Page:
Run to do good with a snow shovel

“Run to do good with a snow shovel.” As of this noon, I am moved to add this action to the list of obligatory ways to do good under Jewish law (halachah).

Early this morning in Baltimore we were having a white-out moment. No matter we were less than twenty-four hours into spring by the Gregorian calendar. Wet snow was falling heavily, already bending the bamboo grove in our backyard down to the ground.

After a short night’s sleep, an early-morning on-line meeting, and a late breakfast, I napped. When I woke, a blinding whiteness shone through the window. The snow had stopped. I went to the front door prepared to bundle up and spend an hour clearing the front steps and walk, to see that an Angel-with-a-Shovel had already been by. Two angels, it turned out – Lisa, my next-door neighbor, and Ashley, her neighbor on the other side. Ashley and I have waved hello to one another but never really “met.”

As recipients of an unending flow of goodness from the One Source, Judaism teaches us, so we are bound to carry out acts of lovingkindness (gemilut chassadim), regardless of whether the recipient appears to be “needy” or not, “deserving” or not. Especially acts of lovingkindness extended towards the dead, who cannot reward us.

Thus we are taught to offer unstintingly

to the wealthy and the poor,

to the wise and the foolish,

to the dead and the living.

 

We are taught to offer “all our everything.”

To offer of ourselves, our effort, our resources.

To offer hospitality.

To welcome in and provide for the stranger, and guide her on her way.

To visit the sick.

To celebrate with the couple at their wedding.

To guard and prepare the body of the dead.

To accompany and bury the dead.

To comfort the mourner.

To seek and pursue peace.

To bring people into the presence of the Shechinah, the Indwelling presence of God.

To learn Torah, teach Torah.

No legal (halachic) limit is set on what we can offer: no moment when we can cease from giving and say that we have fulfilled our duty.

Then there is the “running” aspect. It’s not just that we are not to stop and weigh the pros and cons.

The “running” is an actual eagerness to be of service, in the same spirit that G-d “runs” to bestow everything on us. Our “running” is in the image of G-d. All the more-so when we treat the “stranger” as friend and neighbor, in spite of the fact that – like Ashley and me – we may never have met.

As we offer in this way, we give up “reward” in the mundane sense, and as we give without expectation, so we do also receive. nourishment.

More than that, we become partners with G-d in completing creation. With eagerness and as small and mighty a tool as a snow shovel.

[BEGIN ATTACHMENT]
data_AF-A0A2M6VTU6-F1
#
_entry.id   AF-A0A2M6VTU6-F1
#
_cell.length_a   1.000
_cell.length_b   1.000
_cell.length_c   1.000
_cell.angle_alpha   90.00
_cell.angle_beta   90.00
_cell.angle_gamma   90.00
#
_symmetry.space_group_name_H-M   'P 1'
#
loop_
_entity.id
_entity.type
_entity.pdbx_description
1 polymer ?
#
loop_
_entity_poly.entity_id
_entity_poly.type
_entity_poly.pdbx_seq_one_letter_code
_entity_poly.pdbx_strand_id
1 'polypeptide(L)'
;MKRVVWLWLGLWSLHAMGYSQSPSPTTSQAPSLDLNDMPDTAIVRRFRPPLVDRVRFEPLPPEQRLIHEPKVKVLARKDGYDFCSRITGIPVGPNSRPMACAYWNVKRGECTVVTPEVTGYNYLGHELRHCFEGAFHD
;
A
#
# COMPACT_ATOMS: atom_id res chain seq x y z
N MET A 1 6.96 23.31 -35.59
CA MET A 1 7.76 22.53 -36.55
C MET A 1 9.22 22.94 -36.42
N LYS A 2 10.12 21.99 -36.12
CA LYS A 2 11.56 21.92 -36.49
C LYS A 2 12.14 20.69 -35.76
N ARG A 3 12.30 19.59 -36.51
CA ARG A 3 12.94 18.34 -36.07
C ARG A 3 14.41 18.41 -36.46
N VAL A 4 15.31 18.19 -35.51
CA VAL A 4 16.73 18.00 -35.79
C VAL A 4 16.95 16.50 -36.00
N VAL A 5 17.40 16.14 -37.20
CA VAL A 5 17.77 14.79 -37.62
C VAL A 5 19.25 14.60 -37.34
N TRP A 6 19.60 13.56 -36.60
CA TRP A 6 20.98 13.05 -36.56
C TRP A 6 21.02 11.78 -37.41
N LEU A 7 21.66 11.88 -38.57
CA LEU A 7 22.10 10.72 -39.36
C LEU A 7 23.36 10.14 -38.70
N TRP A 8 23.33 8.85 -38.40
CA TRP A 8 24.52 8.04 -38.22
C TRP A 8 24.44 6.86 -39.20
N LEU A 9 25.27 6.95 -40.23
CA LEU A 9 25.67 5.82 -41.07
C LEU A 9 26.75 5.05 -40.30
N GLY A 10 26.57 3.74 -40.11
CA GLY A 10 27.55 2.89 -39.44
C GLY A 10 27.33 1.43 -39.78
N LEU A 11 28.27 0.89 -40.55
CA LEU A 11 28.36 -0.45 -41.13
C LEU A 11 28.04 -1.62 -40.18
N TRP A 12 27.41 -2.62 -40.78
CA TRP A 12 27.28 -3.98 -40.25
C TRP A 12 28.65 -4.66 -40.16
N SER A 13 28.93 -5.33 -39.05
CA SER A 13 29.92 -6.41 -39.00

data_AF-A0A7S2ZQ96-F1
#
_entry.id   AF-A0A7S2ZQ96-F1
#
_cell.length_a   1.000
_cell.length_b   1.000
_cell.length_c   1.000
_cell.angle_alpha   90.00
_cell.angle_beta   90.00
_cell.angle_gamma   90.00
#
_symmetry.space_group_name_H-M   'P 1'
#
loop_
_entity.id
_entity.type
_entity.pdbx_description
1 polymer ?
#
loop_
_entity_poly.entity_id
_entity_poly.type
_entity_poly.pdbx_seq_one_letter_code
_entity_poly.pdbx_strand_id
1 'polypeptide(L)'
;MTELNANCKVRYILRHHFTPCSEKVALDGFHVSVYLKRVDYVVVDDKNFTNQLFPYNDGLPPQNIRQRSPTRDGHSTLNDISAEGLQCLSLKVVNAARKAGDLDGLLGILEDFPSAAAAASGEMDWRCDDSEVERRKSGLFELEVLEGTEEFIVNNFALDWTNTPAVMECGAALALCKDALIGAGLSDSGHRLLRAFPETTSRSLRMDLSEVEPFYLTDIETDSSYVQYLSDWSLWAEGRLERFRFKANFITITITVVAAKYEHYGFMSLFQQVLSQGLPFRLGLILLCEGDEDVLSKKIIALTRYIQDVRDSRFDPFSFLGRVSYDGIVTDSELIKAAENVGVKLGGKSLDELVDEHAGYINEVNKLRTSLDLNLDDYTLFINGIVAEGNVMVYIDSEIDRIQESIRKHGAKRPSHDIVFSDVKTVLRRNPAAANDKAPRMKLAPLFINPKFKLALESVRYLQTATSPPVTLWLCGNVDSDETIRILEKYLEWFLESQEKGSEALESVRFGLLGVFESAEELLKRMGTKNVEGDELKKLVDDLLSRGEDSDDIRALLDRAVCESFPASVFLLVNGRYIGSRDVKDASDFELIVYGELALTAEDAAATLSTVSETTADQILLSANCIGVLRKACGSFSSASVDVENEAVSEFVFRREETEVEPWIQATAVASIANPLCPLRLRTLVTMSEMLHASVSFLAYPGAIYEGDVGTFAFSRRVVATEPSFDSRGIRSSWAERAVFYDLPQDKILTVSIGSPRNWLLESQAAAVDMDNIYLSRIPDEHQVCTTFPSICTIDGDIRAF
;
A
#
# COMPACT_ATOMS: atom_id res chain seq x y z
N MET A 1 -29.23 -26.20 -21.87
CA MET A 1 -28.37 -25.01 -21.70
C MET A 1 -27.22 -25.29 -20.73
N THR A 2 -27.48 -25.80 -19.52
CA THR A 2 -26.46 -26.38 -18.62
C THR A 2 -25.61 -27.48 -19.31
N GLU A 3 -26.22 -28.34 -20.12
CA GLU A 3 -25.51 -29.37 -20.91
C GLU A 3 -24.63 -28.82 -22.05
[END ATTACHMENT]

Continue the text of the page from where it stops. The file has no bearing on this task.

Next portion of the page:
Lisa and Ashley: thank you!

It’s not about anything but love

It’s curious how I’ve been drawn back repeatedly to an area in the Catskills that I have visited regularly for close to forty years. Clearly it has been home to me in some way I have not been able to name.

There is a “there” there, but what is its nature?

Spiritual initiations and awakening, weeks of study and following ashram discipline, Jewish Renewal retreats, gatherings with healing colleagues, meditation and prayer and practice – and family events. For the past eight years the family events have included pilgrimages to Stagedoor Manor, a camp for serious theatre geeks from which my grandson will “graduate” in a few weeks, then head off to college.

But what is it really that has drawn me back over and over again?

As I drove south through Sullivan County a few days ago, returning to Baltimore after a camp performance week-end, I once again considered this question. When my daughter and I arrived on Friday afternoon, we had been greeted with a double rainbow. The weather had been sunny and pleasant with a few heavy downpours. As we left were still under the influence of Saturday evening’s gloriously silver full moon. Nature was certainly at its kindest this trip.

And we had been inspired by six shows from Friday through Saturday evening, full of gifted and spirited acting and song, and enjoyed the particular dance that happens every summer as various family members and friends disperse go to different shows and come back together to exchange “wows!”

….and then I heard these words spoken in the voice of one of my teachers:

It’s about love.

It’s always been about love.

It’s not about anything but love.

When I thought it was about wisdom, it was about love.

When I thought it was about skill, it was about love.

When I thought it was about duty, it was about love.

And what is the nature of that love?

The nature of that love is action, not sentiment.

In Hebrew, the word for love is Ahava, which has a numerical value of thirteen. The word for One is Echad, which also has a numerical value of thirteen. Coupled, in relationship, their value is 26, the numerical value of the Unpronounceable Name of God.

And so it goes: we think that we travel, we think we gather and disperse, we think we study, we think we perform on stage or off.

While what we really do is love.

Receive and give over and over again.

Express the One – endlessly and concretely. Humanly, that is to say imperfectly.

Sing the Unpronounceable with our imperfect human actions.